Yearly Goals Printable

*Edit: I added two new versions. What can I say, I got bored with the dots.

Each year I like to write down my goals for the year. I like goals more than resolutions, resolutions feel restrictive, goals seem motivational.

I try to break it down by big goals for the year, then smaller monthly goals that help achieve the larger yearly goals, this year I also have a list a projects we need to finish.

Monthly GoalsSince I’m a bit of a nut, I tend to spend a ridiculous amount much time designing the page for the goals, it’s a relaxing “me time.” This year, in order to make myself feel a bit better about the time I spent, I decided to share it.

Projects PageI hope your 2019 is as productive as you desire!

Click here to download yours!

2019 Goals - Dots2019 Goals – Dots

2019 Goals - Plants2019 Goals – Plants

2019 Goals - Flowers2019 Goals – Flowers

2019 Goals

2019 Goals

It’s that time of year again, time to set goals for the next year!

Is it just me or is anyone else trying to figure out where 2018 went?

Oh good, I’m not alone!

This year my top goal is Joy.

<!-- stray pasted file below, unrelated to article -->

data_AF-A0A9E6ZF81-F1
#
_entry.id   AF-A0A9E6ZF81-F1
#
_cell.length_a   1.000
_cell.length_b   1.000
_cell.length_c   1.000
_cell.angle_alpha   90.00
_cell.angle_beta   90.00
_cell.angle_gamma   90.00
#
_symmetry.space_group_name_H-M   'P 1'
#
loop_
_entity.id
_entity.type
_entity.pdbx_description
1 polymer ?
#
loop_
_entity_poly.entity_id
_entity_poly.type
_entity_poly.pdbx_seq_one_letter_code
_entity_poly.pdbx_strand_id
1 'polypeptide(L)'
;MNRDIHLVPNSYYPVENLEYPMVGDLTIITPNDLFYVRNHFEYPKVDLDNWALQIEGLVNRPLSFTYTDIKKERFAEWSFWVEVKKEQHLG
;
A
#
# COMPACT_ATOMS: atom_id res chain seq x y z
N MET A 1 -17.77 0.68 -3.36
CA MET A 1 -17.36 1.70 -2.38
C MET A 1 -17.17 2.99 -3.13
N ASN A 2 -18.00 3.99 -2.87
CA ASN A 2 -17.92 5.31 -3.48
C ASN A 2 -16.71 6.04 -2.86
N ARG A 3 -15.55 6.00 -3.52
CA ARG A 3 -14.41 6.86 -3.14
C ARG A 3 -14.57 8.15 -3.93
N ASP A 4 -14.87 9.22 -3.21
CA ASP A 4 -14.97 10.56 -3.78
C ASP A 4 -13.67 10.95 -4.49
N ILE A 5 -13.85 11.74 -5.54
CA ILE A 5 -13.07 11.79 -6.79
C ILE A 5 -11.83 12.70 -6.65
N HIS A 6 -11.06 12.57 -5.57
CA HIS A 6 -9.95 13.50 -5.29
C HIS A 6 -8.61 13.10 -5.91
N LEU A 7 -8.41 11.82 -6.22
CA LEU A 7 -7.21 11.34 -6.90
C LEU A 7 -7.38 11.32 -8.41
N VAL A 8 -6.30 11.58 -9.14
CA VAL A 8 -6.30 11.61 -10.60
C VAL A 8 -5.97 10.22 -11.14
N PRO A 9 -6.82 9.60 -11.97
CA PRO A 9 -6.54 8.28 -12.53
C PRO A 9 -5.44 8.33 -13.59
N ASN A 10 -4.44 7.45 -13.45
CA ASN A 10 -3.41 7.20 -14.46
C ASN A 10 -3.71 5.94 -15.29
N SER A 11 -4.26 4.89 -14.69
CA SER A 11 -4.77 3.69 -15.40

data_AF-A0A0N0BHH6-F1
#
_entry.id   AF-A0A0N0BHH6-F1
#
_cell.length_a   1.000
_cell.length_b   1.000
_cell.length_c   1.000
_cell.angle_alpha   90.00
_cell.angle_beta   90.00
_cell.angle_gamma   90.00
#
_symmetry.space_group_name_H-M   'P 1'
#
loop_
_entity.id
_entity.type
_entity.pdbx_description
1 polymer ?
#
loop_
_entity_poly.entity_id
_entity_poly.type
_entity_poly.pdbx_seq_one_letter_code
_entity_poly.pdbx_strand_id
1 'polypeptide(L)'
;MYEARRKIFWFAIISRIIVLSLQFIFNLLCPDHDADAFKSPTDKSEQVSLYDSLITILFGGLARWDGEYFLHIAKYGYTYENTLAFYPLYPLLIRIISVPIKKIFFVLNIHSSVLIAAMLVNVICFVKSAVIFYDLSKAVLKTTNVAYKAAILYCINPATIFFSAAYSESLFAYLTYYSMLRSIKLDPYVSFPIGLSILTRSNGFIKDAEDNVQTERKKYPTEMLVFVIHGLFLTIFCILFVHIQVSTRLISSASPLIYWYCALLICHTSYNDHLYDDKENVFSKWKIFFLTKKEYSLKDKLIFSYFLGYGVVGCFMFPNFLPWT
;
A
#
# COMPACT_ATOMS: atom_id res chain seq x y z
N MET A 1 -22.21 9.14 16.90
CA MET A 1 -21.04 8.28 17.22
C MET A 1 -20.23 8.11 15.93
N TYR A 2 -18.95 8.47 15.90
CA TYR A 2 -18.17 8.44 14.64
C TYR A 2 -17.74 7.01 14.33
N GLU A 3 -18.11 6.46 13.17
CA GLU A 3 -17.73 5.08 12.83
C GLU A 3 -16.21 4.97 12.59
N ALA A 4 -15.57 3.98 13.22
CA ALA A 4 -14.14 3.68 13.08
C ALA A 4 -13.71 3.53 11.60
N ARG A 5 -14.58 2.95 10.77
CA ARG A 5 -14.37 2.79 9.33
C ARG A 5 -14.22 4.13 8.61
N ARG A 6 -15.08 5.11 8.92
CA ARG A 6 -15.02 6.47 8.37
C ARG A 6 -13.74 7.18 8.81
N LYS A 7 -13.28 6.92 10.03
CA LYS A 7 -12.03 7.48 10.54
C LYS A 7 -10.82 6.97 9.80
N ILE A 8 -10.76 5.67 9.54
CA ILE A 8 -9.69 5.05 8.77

I’ve gotten a bit bogged down by all the projects that need to be done around here that I lost sight of why we wanted to do all this.

Right after the pig fiasco, some of Isaac’s friends came over for a play-date. Seeing his pride in his animals and the looks on their faces as they played with the animals was a wonderful reminder or why we did this.

So, this next year we are slowing down and cutting back in areas. This means we are going to finish up projects that we have been putting off, and being more efficient with the time we have. In case you are concerned about the cutting back, this means roosters and extra hens, not completely getting rid of animals. This year we plan to add far less animals to the farm and mostly through purchasing hens from a hatchery to ensure we do not have an overflow of roosters like this year.

Its funny because as I was thinking how I needed to find joy in this farm, one of my favorite bloggers, Parisienne Farmgirl, started sharing how she was focusing on Joie de Vivre. I was scrolling through Instagram one day and saw her introducing her day planner and discussing Joie de Vivre and it was like she read my mind! And yes, I preordered that planner and not so patiently waited for it to arrive in the mail. It is beautiful!!! Its almost too pretty to use, which is perfect because I got it to write down all the life events and milestones from this year.

Her planner leads me to my second big goal for the year, be organized!